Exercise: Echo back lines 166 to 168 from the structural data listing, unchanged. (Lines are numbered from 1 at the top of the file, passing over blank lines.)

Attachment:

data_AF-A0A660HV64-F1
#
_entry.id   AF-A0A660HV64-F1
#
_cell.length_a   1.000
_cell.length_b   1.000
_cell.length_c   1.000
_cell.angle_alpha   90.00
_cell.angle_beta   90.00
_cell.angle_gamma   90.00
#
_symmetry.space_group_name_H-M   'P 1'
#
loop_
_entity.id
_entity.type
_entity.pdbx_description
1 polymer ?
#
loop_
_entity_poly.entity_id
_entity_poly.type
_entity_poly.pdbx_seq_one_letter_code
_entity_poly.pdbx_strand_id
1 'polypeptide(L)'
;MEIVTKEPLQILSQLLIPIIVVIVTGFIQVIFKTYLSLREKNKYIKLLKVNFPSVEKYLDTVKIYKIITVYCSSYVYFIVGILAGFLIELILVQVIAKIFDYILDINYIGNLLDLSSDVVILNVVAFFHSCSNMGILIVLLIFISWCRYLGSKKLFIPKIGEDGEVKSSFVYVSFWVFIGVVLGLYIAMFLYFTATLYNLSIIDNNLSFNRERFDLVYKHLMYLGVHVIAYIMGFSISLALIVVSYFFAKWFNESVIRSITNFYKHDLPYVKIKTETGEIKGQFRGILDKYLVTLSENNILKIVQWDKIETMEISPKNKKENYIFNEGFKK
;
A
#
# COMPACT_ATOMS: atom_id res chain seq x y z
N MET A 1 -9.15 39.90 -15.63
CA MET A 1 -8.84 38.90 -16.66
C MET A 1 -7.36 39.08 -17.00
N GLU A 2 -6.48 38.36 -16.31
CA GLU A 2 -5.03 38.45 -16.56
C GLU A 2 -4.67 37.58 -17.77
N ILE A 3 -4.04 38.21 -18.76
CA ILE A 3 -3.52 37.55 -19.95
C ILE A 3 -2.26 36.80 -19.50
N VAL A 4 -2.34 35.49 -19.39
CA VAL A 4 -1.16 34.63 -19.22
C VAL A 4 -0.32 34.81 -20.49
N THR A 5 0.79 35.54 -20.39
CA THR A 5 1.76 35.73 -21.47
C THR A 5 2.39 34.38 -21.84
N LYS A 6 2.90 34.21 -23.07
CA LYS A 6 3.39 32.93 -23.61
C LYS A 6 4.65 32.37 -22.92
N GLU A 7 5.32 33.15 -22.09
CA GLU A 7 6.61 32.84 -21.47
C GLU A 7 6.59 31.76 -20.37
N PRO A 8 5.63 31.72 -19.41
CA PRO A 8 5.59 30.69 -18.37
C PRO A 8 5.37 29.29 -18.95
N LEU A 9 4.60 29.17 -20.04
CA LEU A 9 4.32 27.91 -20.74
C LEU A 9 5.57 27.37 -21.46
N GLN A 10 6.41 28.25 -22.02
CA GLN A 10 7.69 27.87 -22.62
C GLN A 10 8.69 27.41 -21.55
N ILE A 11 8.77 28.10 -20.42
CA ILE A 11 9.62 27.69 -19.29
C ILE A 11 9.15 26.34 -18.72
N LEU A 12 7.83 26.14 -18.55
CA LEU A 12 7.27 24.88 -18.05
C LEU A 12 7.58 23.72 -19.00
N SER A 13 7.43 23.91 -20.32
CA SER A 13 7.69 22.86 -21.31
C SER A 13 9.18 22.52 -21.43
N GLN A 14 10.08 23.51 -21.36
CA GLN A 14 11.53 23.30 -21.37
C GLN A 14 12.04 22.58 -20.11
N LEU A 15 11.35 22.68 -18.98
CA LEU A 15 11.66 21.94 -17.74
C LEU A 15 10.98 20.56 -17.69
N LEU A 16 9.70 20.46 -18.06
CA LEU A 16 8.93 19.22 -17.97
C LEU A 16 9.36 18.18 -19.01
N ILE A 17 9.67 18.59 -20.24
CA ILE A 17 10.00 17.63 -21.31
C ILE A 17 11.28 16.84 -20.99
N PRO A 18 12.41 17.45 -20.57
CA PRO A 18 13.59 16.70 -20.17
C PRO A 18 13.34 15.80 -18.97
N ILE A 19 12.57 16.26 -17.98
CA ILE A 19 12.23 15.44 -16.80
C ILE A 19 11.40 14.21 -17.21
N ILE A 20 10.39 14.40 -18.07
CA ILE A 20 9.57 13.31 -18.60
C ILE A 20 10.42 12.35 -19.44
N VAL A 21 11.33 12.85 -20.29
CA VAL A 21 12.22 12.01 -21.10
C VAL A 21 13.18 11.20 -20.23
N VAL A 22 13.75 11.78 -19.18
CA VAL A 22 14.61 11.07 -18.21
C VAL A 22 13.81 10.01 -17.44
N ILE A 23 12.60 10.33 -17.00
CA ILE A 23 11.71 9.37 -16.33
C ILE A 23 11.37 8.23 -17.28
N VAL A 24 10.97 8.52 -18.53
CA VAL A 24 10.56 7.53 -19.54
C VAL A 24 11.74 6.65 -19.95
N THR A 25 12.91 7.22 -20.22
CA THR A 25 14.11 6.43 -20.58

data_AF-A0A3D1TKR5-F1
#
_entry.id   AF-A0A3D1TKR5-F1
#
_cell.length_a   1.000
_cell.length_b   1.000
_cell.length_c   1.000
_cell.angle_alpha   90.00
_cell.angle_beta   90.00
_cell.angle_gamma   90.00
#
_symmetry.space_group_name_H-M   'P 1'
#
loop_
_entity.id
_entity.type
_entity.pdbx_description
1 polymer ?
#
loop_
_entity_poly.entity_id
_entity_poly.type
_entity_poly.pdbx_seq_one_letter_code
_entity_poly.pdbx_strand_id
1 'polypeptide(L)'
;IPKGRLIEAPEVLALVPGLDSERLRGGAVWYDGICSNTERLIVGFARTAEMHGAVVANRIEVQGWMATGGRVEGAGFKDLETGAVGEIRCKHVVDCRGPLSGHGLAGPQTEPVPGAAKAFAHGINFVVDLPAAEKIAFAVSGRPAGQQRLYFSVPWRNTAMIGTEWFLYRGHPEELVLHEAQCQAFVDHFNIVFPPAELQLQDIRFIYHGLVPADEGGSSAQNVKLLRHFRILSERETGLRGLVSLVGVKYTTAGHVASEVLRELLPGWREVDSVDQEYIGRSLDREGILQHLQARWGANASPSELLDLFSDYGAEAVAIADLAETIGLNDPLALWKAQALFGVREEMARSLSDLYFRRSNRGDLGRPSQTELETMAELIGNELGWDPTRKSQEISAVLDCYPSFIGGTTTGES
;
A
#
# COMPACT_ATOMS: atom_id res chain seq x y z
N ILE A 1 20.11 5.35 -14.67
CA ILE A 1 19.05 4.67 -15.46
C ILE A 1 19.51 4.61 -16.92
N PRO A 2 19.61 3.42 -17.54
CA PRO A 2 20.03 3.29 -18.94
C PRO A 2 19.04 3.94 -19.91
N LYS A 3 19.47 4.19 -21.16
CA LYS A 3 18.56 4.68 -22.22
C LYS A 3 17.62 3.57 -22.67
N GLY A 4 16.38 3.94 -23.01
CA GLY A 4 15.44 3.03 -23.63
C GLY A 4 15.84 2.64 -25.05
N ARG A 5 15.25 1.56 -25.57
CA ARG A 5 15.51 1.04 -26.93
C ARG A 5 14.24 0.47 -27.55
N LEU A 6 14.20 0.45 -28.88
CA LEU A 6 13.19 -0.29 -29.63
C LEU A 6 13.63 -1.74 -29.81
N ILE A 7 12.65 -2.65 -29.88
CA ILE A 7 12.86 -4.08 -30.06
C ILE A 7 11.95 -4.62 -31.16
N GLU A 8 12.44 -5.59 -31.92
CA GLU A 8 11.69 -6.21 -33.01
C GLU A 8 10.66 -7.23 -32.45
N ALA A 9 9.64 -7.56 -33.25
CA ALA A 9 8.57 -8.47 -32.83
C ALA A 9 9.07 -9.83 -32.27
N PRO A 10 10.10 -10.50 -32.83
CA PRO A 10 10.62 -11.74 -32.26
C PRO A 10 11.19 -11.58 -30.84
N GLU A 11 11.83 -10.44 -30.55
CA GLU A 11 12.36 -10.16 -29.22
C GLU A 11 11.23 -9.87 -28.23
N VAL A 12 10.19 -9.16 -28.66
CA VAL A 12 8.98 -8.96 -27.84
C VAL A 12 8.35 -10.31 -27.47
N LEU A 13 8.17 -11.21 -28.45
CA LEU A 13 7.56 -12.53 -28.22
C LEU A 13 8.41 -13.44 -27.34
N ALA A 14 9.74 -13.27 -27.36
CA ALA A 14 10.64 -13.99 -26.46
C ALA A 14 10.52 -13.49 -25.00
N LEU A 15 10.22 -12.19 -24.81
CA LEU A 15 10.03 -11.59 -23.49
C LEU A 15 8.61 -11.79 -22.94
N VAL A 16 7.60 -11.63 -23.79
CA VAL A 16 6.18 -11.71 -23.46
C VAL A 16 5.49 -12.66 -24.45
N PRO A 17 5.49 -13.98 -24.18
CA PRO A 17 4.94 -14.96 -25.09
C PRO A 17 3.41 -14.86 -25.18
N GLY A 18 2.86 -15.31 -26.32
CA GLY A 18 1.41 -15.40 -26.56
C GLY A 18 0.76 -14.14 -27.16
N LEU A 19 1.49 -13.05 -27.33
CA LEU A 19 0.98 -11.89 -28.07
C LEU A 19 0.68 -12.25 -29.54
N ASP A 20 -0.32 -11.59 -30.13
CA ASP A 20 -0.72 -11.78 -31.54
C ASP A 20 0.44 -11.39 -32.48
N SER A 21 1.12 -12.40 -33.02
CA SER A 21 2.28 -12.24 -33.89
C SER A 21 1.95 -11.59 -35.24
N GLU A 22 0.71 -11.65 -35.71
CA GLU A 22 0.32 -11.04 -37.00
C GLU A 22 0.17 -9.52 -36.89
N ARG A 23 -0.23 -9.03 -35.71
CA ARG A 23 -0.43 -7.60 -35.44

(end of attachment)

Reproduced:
CA GLU A 11 12.36 -10.16 -29.22
C GLU A 11 11.23 -9.87 -28.23
N VAL A 12 10.19 -9.16 -28.66